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Neil Millard

Director, Bristol

Neil is an experienced criminal advocate, defending cases arising from serious road traffic collisions and health and safety incidents.
Neil Millard

Experience

Neil is regularly instructed by insurers and corporate bodies to represent companies, businesses and individuals, in investigations and prosecutions arising from serious road traffic collisions and work place incidents often involving multiple fatalities and serious injuries.  These cases regularly involve multi-million pound reserves.

Neil has extensive experience of defending the most serious cases including:

  • Prosecutions arising from breaches of S2, 3, 7 Health and Safety at Work (etc) Act 1974
  • Causing Death by Dangerous Driving
  • Causing Death by Careless Driving
  • Causing Serious Injury by Dangerous Driving
  • Environmental offences

He regularly appears as an advocate at:

  • Interviews under caution conducted by Police, HSE, Local Authority
  • Magistrates' Courts
  • Coroner's Courts

As well as running cases at the Crown Court, involving complicated technical and expert evidence including, collision investigation, cell site analysis and toxicology.

He is regularly requested to present training on the impact of criminal investigations and proceedings on both claims and business operations.

Additional to his work at DWF, Neil sits as a Judge of the First Tier Tribunal.

Recent Cases

Road Traffic Cases

  • R v B – Defence of a tractor driver for Causing Death by Dangerous Driving.  The prosecution case was that the condition of the agricultural equipment was dangerous.  The defence established that the design was defective and this would not be obvious to a competent and careful driver. 
  • R v K – Defence of lorry driver at the Old Bailey for Causing Death by Careless Driving following a collision with a cyclist.  The case attracted national media attention.  The defence involved expert evidence in relation to the road, where an engineered pinch point for vehicles corresponded with the end of a cycle lane creating an area of conflict.
  • R v M – Defence of a teenage driver for two counts of Causing Death by Dangerous Driving, when she was engaged in a mobile phone call without a hands free kit.  The defence established that the collision was inevitable due to poor lighting at the location and the presence of oncoming vehicle headlights; her standard of driving not being causative of the deaths.  The case attracted national media attention.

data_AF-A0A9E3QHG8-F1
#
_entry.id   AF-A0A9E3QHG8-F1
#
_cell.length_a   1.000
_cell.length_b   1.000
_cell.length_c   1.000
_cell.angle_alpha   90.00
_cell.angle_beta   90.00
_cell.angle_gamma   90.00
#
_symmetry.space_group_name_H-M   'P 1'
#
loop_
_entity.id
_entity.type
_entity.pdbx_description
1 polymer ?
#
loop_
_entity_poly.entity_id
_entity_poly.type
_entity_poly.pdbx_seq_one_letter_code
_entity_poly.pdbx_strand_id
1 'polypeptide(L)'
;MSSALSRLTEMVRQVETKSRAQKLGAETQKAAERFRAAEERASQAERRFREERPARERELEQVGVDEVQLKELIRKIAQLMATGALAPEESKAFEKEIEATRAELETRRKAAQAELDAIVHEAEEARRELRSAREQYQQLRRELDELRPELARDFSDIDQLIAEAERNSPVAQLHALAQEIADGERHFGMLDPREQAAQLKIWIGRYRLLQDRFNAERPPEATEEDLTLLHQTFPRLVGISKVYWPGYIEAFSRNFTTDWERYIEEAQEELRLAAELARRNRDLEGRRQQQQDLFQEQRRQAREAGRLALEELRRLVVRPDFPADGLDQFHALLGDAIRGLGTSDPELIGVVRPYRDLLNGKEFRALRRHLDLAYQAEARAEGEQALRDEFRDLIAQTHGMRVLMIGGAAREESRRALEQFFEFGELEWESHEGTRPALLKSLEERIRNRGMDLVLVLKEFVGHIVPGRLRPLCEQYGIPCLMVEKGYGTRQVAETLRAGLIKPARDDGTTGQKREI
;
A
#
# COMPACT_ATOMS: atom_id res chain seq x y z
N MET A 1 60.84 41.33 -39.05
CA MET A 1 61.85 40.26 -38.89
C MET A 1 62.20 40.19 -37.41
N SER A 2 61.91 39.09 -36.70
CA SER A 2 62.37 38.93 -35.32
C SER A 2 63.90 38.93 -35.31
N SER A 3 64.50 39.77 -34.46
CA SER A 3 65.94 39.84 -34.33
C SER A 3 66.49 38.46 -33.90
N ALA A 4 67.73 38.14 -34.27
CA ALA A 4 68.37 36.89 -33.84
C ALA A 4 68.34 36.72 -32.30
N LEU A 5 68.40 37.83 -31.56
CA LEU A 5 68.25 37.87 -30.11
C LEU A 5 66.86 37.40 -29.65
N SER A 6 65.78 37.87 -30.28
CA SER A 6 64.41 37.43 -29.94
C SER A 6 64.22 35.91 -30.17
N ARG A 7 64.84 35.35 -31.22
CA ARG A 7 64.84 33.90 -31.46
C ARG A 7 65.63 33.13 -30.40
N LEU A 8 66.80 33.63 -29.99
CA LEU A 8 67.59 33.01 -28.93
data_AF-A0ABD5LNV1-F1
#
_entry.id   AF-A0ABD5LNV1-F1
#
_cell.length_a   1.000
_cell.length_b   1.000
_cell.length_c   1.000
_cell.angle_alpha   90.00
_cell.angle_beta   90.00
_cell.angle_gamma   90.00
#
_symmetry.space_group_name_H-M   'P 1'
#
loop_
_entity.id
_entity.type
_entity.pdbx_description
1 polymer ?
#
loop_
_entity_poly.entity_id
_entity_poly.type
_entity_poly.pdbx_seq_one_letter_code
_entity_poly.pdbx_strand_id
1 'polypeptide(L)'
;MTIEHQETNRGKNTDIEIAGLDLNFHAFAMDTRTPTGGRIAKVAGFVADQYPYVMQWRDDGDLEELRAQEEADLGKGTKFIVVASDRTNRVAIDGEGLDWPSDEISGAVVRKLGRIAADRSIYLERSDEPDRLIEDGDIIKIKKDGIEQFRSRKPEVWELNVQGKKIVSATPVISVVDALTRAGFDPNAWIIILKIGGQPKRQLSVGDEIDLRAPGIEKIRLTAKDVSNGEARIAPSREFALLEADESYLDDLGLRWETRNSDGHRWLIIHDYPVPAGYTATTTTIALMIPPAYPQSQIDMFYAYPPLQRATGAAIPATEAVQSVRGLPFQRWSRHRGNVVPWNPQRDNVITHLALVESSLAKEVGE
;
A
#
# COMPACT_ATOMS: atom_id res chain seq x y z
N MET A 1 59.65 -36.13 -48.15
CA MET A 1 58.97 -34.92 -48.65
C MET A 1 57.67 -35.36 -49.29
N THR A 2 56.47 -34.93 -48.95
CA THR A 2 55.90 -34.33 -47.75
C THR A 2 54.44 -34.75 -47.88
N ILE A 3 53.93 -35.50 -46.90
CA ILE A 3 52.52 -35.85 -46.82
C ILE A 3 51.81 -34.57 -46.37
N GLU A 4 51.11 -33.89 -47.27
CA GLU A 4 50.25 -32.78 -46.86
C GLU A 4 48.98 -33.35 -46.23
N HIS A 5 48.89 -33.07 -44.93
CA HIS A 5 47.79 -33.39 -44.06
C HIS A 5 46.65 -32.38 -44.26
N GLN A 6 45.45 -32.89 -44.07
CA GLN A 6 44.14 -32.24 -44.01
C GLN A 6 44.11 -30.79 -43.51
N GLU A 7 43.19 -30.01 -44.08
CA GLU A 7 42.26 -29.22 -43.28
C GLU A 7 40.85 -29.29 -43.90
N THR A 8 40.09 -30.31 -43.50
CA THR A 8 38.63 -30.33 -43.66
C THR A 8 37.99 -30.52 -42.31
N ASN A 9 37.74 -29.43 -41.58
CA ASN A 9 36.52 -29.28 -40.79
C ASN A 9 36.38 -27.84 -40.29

• R v H – Defence of a tractor driver for Death by Careless Driving after he turned right across the path of an oncoming motorcyclist he had failed to see despite the driver behind seeing them.  Defence expert evidence established that the view from the raised tractor cab meant that the motorcyclist was hidden in an area of tree shadow, whereas for the car driver behind, the motorcyclist was visible against the background of a blue sky.

Health and Safety Cases

  • R v C – Defence of a company following the explosion of an expansion vessel in a heating system during upgrading works, resulting in one fatality and multiple serious injuries.
  • R v M (1) and M (2) – Defence at trial of a farming partnership following an injury to an employee sustained in a logging operation.  The defence established that the prosecution relied upon expert evidence from a witness who was not competent in arboriculture.  Other issues concerned the exercise of S20 powers to compel the disclosure of evidence from the defendants once criminal proceedings had commenced.
  • R v M – Defence of a store manager following an above knee amputation suffered by an employee in an incident with a forklift truck.  The defence involved bad character evidence of the injured party and key witness as to previous incidents of dishonesty and the credibility of their accounts of how the injury actually occurred.
  • R v G – Defence of individual following the death of an employee following a fall from height at a family farm.
  • R v P – Defence of family company following the death of the owner of the company in an insufficiently supported trench whose side collapsed in heavy rain.
  • R v M – Defence of partners in a partnership following an employee suffering serious injuries after a fall from height in a shop stockroom.

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